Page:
I still am trying to deliniate when to use something (or link or cite ideas) within the blog. If I were writing a paper, it would be very cut and dry. However, blogging protocols are somewhat different. If I appropriate something directly from online (i.e. cut and paste), I, of course cite it and use the quotes. But what format should I use to cite? I have found that I feel much more comfortable linking the orginial document rather than "quoting" from it. However, there are times, such as when there are a number of comments and you want to use that comment in a post, when quotes are more effective. I am not sure I am 100% comfortable using the images from the creative commons sites as some people have stipulations (such as not using for commercial purposes, citing the source of the image) which might vary from picture to picture. What if I don't follow their stipulations (unintentionally)? However, I am beginning to find my own style of crediting others for their ideas.

How do you address this issue? Is it different in academic settings? Professional or business settings? Does it depend on the audience? How do you know what style to use? I would love to get others inputs on this issue.


Blogger In Middle-earth said...

Kia ora Virginia,

I think it comes down to how you would like your post to scan.

I usually look at aspects of how to cope with quotes, citations etc from the point of view of the reader. How difficult is it for the reader to follow the text and understand what's being conveyed?

For instance, it can be quite disjointed if an important fact or piece of info, on which the whole point of the text hinges on, is just given to the reader in a link. The reader has to stop reading, open the link, read the passage (which may run to several pages), sift out the salient bit the writer is referring to - sigh!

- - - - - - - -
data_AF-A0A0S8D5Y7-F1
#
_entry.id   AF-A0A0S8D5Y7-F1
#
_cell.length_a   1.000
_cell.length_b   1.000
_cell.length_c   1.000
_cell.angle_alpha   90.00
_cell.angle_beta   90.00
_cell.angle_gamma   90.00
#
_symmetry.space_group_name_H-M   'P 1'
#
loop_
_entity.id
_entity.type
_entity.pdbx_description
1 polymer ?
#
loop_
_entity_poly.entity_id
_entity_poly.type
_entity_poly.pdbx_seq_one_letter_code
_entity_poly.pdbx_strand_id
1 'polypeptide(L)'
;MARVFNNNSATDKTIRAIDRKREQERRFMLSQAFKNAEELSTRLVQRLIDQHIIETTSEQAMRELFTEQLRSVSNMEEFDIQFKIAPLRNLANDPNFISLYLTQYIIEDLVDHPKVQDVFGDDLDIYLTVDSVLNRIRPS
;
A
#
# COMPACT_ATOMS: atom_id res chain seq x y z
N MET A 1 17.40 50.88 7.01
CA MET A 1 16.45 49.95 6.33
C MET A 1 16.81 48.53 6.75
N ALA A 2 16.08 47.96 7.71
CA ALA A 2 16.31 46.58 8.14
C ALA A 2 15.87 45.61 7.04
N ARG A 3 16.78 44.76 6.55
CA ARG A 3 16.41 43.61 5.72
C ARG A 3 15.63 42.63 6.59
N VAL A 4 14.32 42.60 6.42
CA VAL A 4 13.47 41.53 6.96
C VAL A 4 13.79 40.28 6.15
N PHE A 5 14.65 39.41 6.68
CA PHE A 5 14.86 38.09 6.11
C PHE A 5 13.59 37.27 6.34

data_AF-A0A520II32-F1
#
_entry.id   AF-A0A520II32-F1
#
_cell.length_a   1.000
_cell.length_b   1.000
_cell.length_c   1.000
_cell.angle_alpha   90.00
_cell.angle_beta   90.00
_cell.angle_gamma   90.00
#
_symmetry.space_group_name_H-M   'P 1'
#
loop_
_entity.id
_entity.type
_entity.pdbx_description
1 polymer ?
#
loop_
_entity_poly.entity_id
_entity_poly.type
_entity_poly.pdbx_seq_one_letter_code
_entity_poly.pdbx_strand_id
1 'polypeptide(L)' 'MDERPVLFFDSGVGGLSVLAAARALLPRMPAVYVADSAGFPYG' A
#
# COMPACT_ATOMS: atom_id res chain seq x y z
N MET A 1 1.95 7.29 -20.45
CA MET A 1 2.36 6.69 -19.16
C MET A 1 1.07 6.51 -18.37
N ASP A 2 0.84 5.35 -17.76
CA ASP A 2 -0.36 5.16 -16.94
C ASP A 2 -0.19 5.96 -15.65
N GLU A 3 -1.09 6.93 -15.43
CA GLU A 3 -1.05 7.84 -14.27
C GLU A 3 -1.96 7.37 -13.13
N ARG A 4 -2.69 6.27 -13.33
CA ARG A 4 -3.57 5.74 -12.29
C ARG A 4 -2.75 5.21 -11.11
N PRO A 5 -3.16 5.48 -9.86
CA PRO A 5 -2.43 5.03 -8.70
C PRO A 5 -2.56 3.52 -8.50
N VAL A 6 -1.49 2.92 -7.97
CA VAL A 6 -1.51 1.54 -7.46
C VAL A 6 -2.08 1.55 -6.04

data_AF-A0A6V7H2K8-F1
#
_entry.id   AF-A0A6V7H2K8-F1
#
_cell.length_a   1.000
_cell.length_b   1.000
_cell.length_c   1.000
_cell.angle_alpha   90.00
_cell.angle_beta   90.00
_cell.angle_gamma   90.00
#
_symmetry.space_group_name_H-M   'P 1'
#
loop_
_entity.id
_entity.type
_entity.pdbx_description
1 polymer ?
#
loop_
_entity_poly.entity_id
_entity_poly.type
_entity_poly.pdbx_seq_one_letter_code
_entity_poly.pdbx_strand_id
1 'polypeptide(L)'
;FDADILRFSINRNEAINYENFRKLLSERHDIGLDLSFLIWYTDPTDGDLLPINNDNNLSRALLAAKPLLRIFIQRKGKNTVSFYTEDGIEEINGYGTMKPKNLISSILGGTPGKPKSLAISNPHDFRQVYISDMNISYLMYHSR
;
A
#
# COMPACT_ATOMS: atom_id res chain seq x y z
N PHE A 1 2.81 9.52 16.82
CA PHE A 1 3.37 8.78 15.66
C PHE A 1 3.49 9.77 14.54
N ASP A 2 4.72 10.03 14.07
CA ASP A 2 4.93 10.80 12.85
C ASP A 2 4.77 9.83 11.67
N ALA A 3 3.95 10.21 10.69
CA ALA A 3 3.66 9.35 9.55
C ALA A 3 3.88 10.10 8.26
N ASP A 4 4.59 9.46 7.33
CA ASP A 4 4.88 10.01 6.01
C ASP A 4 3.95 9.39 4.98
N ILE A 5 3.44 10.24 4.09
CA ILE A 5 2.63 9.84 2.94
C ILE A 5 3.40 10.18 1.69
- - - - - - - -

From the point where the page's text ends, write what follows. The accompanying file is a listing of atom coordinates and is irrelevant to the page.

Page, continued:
Often, I find that I'm not sure what the writer is citing in the linked post, so I completely lose the thread of the text in the original post. Stupid.

I usually give a brief description, in cases like that, with a link to cite the source. It gives the reader all that's necessary to understand the rest of the post in context.

Some writers seem to assume that I've read all the related posts referred to in the post and they blaze ahead with their soliloquy. I'm left scratching around to get some understanding from the links that they have, fortunately, given me. Frankly, I think that this is poor post writing.

Having some knowledge of how to incorporate a quote directly into the text of what you are writing often helps. If the quote can be spliced seamlessly into what you're saying it's even better, as in, "the best words in the best order", used by Colerige-Taylor.

Using italics can obviate the need for quotes - a convention that identifies the quoted words without detracting from the flow of what the post-writer is saying.

However, I do think it is important to cite the origin any important reference in a way that's convenient for the reader. Then the option of following it up is offered.

There's an interesting discussion on a post by Sandipan on eCube, where plagiarism, quoting and other related aspects are aired - you may have seen it?

Ka kite

V Yonkers said...

I have to agree with you. There's nothing worse than going to link, reading through (scanning through) and still not able to find what they were referring to!

Hopefully I don't do this (although my husband insists that he can't follow my reasoning when I talk to him).